Bessie Brown

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Bessie Brown
Bessie Brown.jpg
Background information
Birth name Bessie Brown
Also known as "The Original" Bessie Brown; Sadie Green, Caroline Lee, and possibly Helen Richards
Born 1890
Origin Cleveland, Ohio, United States
Died 1955
Genres Jazz, classic female blues
Occupation(s) Singer
Instruments Vocals
Years active 1920s
Labels Pathé (1920s)
Document (1990s compilation)

Bessie Brown (1890 – 1955)[1] also known as "The Original" Bessie Brown, was an American classic female blues, jazz, and cabaret singer. She sometimes recorded under the pseudonyms of Sadie Green, Caroline Lee, and possibly Helen Richards. Brown was active as a recording artist from 1925 to 1929. Her best known tracks were "Ain't Much Good in the Best of Men Nowadays" and "Song from a Cotton Field".

She should not be confused (although often is in both biographies and discographies) with her namesake, Bessie Brown, who recorded vaudeville and blues styled duets with George W. Williams, over a similar timespan.[2]

Life and career[edit]

Brown was born in Marysville, Ohio, United States. She recorded between the dates of November 10, 1925 and April 1, 1929. Her concurrent vaudeville career, saw her appear sometimes as a male impersonator.[3] She also appeared in revues including Moonshine Revue, The Whirl Of Joy and Dark-Town Frolics. In addition, Brown took to the stage as a cabaret performer, primarily on the East Coast.[1] On her recordings she sang in a deepened tone, without any notable African American dialect. Thus, to more than one commentator, her style was similar to Sophie Tucker.[3][4]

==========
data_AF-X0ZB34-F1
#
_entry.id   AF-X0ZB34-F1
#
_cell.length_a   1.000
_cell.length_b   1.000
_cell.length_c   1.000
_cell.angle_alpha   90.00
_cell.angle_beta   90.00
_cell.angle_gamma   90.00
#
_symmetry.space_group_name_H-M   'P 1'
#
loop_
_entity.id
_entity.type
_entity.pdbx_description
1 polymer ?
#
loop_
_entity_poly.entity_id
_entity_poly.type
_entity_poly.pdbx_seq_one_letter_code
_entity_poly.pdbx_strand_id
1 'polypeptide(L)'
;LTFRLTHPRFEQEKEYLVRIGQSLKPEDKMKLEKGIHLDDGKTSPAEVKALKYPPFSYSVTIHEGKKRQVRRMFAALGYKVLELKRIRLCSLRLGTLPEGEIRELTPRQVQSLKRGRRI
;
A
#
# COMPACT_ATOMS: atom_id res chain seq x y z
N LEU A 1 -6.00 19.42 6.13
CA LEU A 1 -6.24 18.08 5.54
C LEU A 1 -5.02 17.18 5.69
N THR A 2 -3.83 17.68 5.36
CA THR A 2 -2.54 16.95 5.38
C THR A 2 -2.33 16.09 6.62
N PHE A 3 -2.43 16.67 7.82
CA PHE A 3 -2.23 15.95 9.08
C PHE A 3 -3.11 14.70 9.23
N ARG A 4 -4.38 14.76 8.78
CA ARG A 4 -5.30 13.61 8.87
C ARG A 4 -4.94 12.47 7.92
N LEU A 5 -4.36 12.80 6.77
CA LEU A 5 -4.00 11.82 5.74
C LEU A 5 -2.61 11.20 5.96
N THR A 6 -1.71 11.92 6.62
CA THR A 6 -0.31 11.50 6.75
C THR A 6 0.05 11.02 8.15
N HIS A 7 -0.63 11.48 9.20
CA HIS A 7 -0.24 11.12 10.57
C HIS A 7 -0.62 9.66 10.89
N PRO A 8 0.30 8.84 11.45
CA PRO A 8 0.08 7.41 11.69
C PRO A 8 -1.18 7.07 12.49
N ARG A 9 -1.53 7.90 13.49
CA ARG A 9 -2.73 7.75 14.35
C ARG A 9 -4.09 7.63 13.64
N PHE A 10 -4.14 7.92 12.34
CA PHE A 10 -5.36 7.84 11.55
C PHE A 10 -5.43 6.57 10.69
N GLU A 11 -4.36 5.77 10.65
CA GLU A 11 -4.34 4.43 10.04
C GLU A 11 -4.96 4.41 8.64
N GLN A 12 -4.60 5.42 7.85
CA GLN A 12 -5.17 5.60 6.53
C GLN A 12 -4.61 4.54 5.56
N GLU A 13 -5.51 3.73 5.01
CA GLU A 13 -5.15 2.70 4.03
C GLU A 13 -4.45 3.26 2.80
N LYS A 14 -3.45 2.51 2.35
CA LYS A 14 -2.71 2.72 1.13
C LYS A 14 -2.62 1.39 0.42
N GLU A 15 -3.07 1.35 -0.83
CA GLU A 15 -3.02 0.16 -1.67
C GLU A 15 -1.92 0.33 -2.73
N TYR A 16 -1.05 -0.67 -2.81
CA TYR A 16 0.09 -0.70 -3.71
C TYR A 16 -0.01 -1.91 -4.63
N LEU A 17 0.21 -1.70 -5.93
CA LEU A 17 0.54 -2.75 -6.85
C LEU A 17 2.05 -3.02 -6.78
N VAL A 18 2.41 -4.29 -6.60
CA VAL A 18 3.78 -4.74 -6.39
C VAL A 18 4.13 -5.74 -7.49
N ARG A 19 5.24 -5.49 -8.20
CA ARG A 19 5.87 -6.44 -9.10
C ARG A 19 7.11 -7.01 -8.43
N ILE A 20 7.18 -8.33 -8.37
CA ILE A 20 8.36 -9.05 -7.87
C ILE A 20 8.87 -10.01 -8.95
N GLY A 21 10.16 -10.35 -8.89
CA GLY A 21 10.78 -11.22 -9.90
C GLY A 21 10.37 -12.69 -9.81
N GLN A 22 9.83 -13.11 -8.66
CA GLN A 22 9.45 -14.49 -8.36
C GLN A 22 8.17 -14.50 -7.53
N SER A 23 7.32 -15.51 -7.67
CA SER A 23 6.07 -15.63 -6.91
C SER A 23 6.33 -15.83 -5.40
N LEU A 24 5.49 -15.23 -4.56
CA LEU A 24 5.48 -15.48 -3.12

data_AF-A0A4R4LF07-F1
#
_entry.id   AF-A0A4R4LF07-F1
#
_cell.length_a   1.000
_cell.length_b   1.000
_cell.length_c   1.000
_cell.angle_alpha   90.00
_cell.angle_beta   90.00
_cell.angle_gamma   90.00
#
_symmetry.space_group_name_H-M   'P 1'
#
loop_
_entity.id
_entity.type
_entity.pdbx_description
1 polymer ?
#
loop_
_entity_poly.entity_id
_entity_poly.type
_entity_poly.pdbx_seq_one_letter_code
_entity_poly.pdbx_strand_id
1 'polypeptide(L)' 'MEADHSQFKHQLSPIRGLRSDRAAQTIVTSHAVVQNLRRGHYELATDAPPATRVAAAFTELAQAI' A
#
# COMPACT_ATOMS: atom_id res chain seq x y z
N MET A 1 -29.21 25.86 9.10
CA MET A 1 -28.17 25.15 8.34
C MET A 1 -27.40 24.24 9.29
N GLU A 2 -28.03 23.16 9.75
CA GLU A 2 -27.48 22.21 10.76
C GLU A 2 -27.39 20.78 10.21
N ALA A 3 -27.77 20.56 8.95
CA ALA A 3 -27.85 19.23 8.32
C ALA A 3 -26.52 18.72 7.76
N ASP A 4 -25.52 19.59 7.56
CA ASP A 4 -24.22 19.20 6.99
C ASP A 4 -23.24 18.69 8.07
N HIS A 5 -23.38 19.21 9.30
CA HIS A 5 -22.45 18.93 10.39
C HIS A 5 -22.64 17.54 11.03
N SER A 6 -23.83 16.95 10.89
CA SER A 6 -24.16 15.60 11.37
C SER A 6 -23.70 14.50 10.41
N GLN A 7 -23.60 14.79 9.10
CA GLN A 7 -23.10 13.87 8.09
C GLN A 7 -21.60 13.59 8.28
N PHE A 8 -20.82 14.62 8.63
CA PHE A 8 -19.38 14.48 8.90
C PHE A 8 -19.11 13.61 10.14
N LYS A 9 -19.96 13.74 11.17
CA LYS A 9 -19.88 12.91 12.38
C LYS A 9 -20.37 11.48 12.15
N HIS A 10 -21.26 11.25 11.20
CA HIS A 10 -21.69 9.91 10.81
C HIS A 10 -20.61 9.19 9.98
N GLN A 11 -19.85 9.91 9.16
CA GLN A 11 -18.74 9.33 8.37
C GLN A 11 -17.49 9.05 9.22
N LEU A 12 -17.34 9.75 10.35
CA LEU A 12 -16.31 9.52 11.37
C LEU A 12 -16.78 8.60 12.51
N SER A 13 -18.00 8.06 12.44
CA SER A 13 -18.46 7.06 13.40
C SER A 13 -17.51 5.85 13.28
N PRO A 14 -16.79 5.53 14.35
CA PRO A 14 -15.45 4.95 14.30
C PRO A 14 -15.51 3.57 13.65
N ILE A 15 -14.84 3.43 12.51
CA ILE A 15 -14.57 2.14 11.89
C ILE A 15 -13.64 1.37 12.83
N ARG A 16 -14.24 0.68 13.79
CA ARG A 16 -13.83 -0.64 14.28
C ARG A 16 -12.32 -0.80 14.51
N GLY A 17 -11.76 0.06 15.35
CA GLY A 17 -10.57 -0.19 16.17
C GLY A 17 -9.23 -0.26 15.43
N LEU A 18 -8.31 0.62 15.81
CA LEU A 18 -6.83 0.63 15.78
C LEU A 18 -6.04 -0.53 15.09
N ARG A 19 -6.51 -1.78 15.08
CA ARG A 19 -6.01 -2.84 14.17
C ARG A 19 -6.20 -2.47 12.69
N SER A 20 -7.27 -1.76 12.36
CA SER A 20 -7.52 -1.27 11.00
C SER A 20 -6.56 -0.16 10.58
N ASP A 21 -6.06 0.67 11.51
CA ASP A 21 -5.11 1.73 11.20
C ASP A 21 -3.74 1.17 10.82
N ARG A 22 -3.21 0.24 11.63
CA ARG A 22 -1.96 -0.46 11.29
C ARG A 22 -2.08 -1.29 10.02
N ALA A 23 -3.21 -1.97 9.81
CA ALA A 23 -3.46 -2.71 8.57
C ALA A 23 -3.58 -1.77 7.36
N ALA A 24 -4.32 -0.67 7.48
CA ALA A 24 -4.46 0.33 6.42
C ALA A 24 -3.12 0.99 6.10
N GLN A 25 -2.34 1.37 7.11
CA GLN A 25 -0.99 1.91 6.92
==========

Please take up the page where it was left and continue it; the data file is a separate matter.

Her recordings saw Brown backed by some of the best Harlem based musicians of the time. These included Thomas Morris and Rex Stewart (cornet); Charlie Irvis and Charlie Green (trombone); Coleman Hawkins and Buster Bailey (saxophone); Buddy Christian and Clarence Holiday (banjo); plus Porter Grainger, Clarence Williams and Fletcher Henderson (piano).[3]

She left the music industry in 1932,[1] and married Clarence Shaw in the early 1930s. She had three children, before dying of a heart attack in 1955.[1]

The bulk of her known recorded work, Complete Recorded Works (1925-29), was made available in 1996 by Document Records. Somewhat confusingly, the compilation album also included four October 1929 recordings by the unrelated comedienne, Eliza "Liza" Brown.[3]


  1. ^ a b c d "Bessie Brown". Retrieved September 27, 2011. 
  2. ^ Larkin, Colin (1995). The Guinness Encyclopedia of Popular Music, Volume 1 (2nd ed.). London: Guinness Publishing. p. 570. ISBN 1-56159-176-9. 
  3. ^ a b c d "Allmusic ((( Complete Recorded Works (1925-29) > Review )))". 
  4. ^ Rechniewski, Élizabeth (2005). Sartre's Nausea: text, context, intertext (1st ed.). New York, United States: Rodopi. p. 172. ISBN 90-420-1928-X.